Objective: To assess the relationship between firearm ownership and possible psychiatric confounders of the firearm-suicide relationship.
Methods: Multivariate logistic regression was used to estimate the association between living in a home with firearms and 12-month occurrence of major Diagnostic and statistical manual of mental disorders (DSM)-IV disorders and suicidal behaviour among respondents to the National Comorbidity Survey Replication, a household survey of 9282 adults aged 18+. Analyses controlled for sociodemographic characteristics including age, sex, race/ethnicity, educational attainment and poverty.
Results: Approximately one in three Americans reported living in a home with firearms. People living in a home with firearms were no more or less likely than people in homes without firearms to have recent (past year) anxiety disorders (OR = 1.0, 95% CI 0.8 to 1.2), mood disorders (OR = 0.9, 95% CI 0.7 to 1.1) or substance dependence and/or abuse (OR = 0.9, 95% CI 0.6 to 1.3). Past year suicidal ideation (OR = 0.8, 95% CI 0.5 to 1.3) and suicide planning (OR = 0.5, 95% CI 0.2 to 1.4) were also not associated with living in households with firearms. Having made a suicide attempt over the previous year was the only outcome more common among participants reporting that they currently lived in a home without [corrected] firearms.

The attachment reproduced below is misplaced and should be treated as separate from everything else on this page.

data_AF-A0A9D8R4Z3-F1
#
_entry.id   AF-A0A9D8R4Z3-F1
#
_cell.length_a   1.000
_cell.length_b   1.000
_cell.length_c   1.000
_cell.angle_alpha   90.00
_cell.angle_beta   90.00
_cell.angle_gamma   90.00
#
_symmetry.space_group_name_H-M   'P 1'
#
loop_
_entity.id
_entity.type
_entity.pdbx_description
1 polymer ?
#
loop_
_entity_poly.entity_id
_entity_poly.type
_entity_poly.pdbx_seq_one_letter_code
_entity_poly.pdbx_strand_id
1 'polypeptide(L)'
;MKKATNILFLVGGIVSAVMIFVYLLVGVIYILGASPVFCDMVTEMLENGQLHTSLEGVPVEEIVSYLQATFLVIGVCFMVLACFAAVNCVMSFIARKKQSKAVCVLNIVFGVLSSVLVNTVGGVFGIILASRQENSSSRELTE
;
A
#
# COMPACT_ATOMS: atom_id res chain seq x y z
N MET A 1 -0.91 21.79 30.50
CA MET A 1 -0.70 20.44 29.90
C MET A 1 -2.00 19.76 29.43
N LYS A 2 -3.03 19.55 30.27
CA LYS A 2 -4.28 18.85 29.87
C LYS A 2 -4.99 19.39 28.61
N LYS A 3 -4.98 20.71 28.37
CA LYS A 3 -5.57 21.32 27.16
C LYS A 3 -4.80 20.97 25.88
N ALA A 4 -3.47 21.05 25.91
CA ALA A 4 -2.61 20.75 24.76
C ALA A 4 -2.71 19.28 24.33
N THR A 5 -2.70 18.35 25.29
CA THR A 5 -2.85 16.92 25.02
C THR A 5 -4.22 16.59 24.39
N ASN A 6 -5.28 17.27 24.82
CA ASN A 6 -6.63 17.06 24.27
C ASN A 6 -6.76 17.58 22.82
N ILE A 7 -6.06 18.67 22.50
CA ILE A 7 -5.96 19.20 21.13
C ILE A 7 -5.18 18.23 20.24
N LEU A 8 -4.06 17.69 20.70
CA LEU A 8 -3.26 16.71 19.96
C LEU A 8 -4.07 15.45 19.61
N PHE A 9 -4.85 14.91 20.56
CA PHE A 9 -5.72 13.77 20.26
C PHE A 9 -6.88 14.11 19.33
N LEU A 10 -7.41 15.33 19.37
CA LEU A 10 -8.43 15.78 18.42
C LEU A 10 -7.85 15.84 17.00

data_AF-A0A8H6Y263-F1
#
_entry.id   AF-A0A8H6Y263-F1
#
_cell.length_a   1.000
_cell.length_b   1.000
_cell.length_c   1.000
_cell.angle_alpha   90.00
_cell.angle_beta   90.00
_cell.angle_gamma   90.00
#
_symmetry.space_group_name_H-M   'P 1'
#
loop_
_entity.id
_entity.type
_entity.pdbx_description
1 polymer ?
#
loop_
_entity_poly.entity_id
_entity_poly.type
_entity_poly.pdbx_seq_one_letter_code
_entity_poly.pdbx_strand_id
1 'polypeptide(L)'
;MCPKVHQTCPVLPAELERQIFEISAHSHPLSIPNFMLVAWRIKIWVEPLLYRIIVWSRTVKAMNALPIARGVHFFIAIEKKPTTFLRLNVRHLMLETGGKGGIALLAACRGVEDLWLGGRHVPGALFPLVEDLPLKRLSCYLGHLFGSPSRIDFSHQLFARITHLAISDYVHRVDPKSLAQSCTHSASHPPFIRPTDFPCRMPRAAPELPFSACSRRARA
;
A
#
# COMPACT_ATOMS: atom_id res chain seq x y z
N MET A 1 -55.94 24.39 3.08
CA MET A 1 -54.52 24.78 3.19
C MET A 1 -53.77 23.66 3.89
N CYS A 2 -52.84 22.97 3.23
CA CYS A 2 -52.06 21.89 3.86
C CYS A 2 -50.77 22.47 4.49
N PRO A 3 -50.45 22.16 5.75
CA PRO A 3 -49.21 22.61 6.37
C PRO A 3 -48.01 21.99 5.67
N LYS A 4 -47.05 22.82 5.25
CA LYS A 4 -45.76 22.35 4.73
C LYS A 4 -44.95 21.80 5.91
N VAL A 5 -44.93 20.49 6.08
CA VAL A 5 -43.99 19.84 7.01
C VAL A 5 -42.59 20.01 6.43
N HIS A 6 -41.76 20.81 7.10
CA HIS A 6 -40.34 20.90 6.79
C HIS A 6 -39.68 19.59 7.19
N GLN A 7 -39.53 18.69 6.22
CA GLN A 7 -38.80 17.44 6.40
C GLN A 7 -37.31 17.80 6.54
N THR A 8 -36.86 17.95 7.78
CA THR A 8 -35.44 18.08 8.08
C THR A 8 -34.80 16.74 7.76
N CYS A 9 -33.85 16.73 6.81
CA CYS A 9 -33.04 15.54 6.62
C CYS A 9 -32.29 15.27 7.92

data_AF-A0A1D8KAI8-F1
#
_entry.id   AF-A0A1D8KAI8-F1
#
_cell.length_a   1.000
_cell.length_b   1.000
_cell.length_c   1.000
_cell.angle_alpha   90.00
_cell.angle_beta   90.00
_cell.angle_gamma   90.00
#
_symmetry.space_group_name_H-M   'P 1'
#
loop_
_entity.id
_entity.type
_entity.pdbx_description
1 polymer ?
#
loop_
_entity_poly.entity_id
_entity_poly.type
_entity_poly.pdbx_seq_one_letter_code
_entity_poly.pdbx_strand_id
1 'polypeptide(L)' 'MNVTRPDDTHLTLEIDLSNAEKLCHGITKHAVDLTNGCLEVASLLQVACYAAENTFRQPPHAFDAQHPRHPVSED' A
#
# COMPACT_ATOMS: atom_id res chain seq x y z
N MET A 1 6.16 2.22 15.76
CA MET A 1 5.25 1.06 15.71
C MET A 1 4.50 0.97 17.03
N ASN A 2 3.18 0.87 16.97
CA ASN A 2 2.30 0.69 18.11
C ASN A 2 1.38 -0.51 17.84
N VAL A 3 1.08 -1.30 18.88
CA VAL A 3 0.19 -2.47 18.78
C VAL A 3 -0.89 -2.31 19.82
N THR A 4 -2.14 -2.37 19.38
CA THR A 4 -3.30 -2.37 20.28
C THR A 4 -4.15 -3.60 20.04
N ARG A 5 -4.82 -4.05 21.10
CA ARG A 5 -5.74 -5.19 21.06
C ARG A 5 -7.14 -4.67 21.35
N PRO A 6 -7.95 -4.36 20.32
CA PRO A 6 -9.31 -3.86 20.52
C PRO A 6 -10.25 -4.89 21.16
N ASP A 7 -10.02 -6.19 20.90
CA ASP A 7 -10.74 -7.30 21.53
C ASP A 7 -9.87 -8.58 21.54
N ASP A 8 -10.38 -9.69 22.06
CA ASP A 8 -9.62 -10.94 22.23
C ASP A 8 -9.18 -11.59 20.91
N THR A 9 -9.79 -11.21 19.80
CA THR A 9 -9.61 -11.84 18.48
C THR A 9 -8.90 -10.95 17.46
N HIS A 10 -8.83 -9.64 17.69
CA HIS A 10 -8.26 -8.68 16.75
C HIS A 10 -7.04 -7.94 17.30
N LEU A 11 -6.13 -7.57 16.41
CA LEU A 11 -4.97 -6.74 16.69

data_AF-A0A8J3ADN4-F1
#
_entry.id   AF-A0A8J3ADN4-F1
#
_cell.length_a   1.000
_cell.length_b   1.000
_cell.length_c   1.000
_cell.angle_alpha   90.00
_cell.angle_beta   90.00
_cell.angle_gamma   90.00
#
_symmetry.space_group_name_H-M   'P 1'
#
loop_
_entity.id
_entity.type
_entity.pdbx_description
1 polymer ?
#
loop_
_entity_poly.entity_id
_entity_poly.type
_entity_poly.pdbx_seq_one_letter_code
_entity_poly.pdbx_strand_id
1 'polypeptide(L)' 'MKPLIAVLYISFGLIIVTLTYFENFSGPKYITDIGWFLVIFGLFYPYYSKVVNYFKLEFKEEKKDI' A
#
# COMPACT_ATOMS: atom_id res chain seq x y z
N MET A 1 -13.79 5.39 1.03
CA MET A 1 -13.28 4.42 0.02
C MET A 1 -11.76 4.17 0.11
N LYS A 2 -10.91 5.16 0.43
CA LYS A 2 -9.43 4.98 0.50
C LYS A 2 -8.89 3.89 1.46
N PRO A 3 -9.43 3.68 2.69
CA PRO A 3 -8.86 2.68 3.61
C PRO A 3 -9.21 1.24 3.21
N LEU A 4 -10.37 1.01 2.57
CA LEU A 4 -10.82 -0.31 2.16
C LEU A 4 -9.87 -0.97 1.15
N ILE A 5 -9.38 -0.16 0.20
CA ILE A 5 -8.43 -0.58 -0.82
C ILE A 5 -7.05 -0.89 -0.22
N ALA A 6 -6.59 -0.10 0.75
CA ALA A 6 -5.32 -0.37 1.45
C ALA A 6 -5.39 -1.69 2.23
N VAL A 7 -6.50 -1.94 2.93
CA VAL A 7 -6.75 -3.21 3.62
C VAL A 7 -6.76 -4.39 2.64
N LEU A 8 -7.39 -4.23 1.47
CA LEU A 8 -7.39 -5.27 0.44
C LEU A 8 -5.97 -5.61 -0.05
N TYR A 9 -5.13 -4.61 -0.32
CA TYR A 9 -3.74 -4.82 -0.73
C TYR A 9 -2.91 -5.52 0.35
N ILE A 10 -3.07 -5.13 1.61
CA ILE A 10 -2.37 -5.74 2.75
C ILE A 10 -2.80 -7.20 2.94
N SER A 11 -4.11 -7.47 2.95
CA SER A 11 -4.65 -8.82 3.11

Conclusions: The previously reported association between household firearm ownership and heightened risk of suicide is not explained by a higher risk of psychopathology among gun-owning families. As there are Americans with suicidal ideation and/or significant and recent psychiatric disorders currently living in homes with firearms, future work should focus on understanding the impediments to effectively communicating the suicide risk associated with household firearms.